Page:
Loved, hated, feared: Yemenis look to future without Saleh

He was hated. He was adored. The killing of former president Ali Abdullah Saleh has shocked Yemenis from all camps ?- many of whom have never known a Yemen without him.

News of the strongman's death Monday at the hands of his former rebel allies sparked jubilation, grief and fear of further violence in the Yemeni capital, where clashes between the Huthi insurgents and armed Saleh loyalists have killed more than 200 people since Wednesday.

"Although I hated Ali Abdullah Saleh, when I heard that the Huthis killed him, I cried. It hit me," said Omar Yahya, a 29-year-old pharmacist from Sanaa who has never known a Yemen without Saleh.

A semblance of calm descended on the streets of the capital Tuesday for the first time in days, as the Iran-backed Huthis erected checkpoints across the city.

After nearly a week of violence, Sanaa residents began to venture out of their homes on Tuesday as Saudi-led air strikes on rebel targets came to a halt.

Saleh was killed Monday by Huthi militiamen outside of Sanaa as he attempted to flee the capital.

As they push to cement their grip on the city, the Huthis are still reportedly in possession of his body, raising the question of whether there will be a funeral for one of the region's great survivors.

Saleh rose to power as the leader of North Yemen in 1978 and was announced the first president of reunified Yemen in 1990.

Long an ally of Saudi Arabia and enemy of the Huthis, Saleh reluctantly stepped down in 2012 as protests demanding his ouster turned increasingly bloody.

Two years later, he joined ranks with the northern Huthis to drive the Saudi-backed government out of the capital, which the rebels continue to control.

Plagued by differences over money and power-sharing, the Saleh-Huthi alliance reached crisis point on Saturday when Saleh announced he was open to talks with Saudi Arabia and its allies, sparking Huthi threats and accusations of treason.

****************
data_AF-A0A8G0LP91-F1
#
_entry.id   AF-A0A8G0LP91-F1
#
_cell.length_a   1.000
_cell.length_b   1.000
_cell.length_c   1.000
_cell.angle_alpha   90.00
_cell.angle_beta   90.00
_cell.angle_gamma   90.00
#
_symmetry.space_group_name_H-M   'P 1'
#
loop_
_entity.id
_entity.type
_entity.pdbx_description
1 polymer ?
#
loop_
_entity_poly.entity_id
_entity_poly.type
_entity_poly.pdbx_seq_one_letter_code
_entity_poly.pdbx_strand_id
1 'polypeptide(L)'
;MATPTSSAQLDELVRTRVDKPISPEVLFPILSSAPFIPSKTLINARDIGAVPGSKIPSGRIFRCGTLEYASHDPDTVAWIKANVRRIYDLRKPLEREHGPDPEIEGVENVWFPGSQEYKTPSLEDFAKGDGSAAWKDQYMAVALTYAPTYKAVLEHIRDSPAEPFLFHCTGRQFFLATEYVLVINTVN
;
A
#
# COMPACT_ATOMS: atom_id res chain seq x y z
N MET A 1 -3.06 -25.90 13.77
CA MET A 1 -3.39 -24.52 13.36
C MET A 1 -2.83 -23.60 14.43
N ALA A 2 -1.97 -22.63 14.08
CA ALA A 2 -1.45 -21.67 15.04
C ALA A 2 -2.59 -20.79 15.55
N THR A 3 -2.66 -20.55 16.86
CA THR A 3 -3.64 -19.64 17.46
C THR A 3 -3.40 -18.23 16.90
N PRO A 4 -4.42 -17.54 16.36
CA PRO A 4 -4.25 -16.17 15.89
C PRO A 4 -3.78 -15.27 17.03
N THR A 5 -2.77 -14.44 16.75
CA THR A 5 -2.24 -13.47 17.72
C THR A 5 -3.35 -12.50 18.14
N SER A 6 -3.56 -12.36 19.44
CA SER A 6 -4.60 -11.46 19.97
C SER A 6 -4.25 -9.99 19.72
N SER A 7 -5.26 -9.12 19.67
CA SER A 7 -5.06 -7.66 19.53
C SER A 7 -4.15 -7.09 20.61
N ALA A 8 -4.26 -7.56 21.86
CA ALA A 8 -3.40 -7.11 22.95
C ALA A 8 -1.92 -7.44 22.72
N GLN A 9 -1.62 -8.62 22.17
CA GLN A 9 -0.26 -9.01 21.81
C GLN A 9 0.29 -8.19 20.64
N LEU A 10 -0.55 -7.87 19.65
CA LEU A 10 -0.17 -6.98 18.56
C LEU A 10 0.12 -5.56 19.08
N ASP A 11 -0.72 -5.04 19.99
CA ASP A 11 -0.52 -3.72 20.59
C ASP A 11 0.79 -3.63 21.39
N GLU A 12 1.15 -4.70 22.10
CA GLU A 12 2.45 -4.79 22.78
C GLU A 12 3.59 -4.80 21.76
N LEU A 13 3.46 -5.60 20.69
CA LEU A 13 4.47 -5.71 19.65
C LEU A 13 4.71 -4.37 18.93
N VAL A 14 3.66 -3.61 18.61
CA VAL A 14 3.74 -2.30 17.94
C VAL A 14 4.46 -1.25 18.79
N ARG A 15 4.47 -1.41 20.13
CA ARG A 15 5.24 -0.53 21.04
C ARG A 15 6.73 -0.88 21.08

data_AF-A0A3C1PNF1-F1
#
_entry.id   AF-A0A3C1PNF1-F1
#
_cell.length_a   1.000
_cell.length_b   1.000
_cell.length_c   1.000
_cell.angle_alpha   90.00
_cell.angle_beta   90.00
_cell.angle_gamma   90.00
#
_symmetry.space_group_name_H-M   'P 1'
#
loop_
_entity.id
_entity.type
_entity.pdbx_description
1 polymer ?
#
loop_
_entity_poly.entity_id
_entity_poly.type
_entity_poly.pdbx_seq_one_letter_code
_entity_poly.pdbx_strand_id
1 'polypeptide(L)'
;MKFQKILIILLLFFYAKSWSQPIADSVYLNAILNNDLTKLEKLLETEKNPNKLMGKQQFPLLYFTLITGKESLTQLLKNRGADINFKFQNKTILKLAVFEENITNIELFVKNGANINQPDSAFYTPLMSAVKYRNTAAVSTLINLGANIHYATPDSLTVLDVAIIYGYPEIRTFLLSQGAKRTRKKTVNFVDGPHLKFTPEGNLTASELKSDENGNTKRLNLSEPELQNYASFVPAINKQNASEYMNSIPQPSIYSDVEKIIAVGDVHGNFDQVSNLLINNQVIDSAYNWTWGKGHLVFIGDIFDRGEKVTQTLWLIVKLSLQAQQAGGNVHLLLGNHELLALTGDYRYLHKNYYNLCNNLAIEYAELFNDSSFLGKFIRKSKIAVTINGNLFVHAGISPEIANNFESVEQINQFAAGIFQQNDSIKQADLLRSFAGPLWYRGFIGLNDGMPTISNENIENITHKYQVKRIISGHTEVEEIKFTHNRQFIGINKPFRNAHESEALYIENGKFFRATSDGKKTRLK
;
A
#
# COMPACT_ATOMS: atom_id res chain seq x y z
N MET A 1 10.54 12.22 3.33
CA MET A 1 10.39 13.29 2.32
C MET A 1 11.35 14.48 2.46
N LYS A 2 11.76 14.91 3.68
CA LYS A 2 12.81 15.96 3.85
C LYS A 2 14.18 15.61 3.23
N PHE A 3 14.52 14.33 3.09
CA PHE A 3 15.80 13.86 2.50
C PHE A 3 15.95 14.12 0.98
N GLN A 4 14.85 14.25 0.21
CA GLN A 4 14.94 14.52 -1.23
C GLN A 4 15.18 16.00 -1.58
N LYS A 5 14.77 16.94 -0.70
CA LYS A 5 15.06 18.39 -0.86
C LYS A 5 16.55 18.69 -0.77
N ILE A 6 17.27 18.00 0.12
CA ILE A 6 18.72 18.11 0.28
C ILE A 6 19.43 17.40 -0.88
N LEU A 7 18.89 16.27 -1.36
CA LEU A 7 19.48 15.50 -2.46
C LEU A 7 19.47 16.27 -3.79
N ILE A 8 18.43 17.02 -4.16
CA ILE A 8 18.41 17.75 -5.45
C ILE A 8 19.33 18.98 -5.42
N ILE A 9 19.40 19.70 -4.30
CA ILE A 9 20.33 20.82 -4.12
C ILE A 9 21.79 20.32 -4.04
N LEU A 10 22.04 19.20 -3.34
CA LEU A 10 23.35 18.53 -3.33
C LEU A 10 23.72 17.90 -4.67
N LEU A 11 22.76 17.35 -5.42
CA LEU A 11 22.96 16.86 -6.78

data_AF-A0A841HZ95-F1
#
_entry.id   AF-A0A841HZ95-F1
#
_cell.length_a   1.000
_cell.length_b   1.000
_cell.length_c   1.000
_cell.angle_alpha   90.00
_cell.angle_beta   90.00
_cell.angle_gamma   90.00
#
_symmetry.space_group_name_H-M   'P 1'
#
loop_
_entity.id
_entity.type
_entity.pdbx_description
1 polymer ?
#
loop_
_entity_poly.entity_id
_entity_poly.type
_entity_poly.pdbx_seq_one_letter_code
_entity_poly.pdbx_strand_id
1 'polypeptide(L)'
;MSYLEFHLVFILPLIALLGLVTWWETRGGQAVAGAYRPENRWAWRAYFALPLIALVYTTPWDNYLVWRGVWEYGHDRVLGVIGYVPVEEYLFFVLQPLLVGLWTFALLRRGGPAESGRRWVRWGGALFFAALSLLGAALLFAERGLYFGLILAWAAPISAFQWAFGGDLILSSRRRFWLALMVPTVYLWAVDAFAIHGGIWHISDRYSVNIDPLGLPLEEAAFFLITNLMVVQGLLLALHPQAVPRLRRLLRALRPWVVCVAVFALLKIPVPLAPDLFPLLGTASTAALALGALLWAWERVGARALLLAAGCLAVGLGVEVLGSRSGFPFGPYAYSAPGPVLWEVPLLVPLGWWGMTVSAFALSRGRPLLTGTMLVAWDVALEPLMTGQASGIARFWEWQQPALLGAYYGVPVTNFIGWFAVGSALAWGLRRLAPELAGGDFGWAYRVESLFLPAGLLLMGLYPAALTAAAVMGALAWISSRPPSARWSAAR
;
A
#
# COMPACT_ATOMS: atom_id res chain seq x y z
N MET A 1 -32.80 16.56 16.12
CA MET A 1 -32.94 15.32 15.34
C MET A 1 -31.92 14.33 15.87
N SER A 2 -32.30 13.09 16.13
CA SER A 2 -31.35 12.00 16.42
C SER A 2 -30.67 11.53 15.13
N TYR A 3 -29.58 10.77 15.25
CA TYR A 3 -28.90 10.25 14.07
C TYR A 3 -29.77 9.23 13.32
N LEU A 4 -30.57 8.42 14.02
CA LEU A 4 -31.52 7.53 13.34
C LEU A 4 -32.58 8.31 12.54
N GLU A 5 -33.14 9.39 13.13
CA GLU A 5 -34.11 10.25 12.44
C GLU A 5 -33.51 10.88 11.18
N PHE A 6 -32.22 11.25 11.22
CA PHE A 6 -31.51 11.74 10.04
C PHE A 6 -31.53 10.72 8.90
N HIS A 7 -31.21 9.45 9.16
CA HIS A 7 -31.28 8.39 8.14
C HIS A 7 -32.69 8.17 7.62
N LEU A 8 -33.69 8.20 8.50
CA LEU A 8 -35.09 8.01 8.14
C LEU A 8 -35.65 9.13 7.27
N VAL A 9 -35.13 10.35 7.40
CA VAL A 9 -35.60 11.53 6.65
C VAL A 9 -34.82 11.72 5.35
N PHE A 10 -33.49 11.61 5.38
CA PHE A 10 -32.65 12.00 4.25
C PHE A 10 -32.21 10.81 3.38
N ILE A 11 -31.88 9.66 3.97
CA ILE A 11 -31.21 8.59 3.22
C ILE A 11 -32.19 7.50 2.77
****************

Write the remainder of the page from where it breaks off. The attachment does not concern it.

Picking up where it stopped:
But for many Yemenis, the ex-president -- accused of corruption by the United Nations and of discrimination by both northern and southern Yemenis -- was a symbol of oppression, a man responsible for the country's war, disease and hunger.

"Look around. Residents are moving freely at last. The fear, the worry, that used to exist in our capital are gone with the militias," said Abu Ali, a Huthi fighter stationed in Sanaa, referring to Saleh loyalists.

"Thank God everything is stable now and all the militia posts are under our control," he said.

For some, the struggle to come to terms with the death of a man they admired for decades remains unresolved.

"The people of Yemen killed Ali Abdullah Saleh," said a woman who gave her name as Umm Ali. "He rose up for their rights while they were sitting in the houses."

"Ali Abdullah Saleh was like a father to us," said Umm Mohammed, another resident of Sanaa.

"The Huthis killed him," the 45-year-old said. "But there are those who will avenge him."

Yemen's war, which pits the tribal Yemeni rebels against a government backed by a Saudi-led military coalition, has left thousands dead and led to one of the world's worst humanitarian crises.

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